Connected to the Citadelle, and wrapping around nearly the entire area, are the fortifications of Quebec. At around 4.5 kilometres in length, the fortifications around Old Quebec make it the only walled city north of Mexico. Part of a defence system built between 1608 (when Samuel de Champlain founded Quebec) and 1871, by French, then British and eventually Canadian forces, you can walk these walls on your own or take a tour to learn their history. You’ll enjoy the views on either side: the historic city within, and the St. Lawrence River beyond

Fairmont Le Chateau Frontenac in Quebec City

Enter the fairytale

Walking the walls of a fortress, you might feel as though you’re in a fairytale. The Château Frontenac, only a few blocks northeast of the Citadelle, is only going to reinforce that feeling. Work on this spectacular castle began in 1892, but it embodies the architectural styles of earlier periods, including the Middle Ages and the Renaissance. With over 600 rooms filling 18 floors and a number of turrets, all topped by a distinctive green roof, it’s of little wonder why the Château is the most photographed hotel in the world.

The hotel sits on the Dufferin Terrace (Terrasse Dufferin), which is an attraction in its own right. Built in 1838, the Terrace’s wooden boardwalk offers incredible views of the St. Lawrence River and the Island of Orleans (Île d’Orléans). In the summer, enjoy the musicians and street artists that fill the space or take in the boats floating by. In the winter, take a closer look at the many cannons that defended Quebec City through its history, or re-live your childhood and fly downhill at 60 kilometres per hour on the toboggan run.

Old Quebec's cobblestone streets - Credit: Quebec City Tourism/Camirand Photo

Cobblestone streets and good eats

 

From the Dufferin Terrace, hop onto the funicular (an old-fashioned vertical railway) and head down into the Petit Champlain district (Quartier Petit Champlain) – one of the oldest neighbourhoods in North America. Walk the narrow, cobblestone streets, lined with old stone homes, and pop into the many boutiques and shops for a fashionable souvenir. Let your nose guide you to one of the many restaurants and bistros, and be sure to make time to indulge your sweet tooth with local maple syrup treats at the La Petite Cabane à Sucre.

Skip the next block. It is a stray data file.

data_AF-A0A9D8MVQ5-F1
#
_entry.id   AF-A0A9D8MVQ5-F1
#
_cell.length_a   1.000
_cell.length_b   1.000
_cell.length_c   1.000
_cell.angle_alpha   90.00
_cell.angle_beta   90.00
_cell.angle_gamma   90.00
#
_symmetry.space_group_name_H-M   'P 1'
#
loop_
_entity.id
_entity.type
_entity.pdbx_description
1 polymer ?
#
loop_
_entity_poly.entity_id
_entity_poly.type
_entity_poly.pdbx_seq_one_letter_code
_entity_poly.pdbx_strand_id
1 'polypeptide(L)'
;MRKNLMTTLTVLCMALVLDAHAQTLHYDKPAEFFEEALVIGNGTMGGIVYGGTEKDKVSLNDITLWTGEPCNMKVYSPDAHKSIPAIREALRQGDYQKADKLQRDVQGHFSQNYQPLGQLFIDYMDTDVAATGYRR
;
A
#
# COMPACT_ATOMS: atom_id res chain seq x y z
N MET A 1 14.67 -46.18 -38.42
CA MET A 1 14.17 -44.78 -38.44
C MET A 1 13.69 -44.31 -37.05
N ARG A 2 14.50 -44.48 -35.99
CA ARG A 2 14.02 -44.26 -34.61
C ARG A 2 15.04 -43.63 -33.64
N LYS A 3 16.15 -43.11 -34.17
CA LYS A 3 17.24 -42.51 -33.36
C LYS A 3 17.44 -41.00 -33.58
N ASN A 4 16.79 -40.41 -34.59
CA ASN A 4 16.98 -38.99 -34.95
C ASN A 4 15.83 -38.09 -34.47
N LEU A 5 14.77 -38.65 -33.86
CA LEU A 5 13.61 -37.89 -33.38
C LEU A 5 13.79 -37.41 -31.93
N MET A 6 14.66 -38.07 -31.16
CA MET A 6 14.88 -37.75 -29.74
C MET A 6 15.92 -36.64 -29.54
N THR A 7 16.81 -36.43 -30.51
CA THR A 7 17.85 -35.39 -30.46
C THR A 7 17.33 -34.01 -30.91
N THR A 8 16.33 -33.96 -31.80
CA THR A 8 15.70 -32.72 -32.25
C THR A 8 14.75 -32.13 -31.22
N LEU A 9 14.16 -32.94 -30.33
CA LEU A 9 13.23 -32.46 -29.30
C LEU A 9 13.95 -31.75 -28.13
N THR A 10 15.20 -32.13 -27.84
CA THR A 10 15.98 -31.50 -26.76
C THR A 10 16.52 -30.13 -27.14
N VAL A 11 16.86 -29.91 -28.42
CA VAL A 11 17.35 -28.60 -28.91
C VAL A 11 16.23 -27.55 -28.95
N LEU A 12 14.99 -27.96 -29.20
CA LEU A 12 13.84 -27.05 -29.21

Just a short walk away is Place Royale, a small square with a big history. It was here that Samuel de Champlain founded the city in 1608. Today Place Royale takes visitors back in time with the help of the oldest stone church in North America, and a massive mural that traces 400 years of Quebec history.

Head east into the Old Port (Vieux Port) for the best views of the St. Lawrence River. In the winter, listen to the ice crack as it flows down the river, or take a night-time walk in the summer to enjoy the aurora borealis light display projected onto the port’s grain silos. A hub for foodies, indulge in fresh local produce, cheese or other foods at the Québec Public Market, or opt for a meal at one of many fine-dining restaurants in the area.

End your walking tour by circling back to the western part of the old city, via rue Saint-Jean. The road is at the center of a popular district for cultural events, specifically in the summer when the street is closed to traffic and pedestrians take over. Stroll down the street, from boutique to boutique, go for an ice skate at Place d’Youville, and stop at the Notre-Dame de Québec Basilica-Cathedral. This UNESCO World Heritage Site is an incredible piece of architecture, housing beautiful art and lots of history.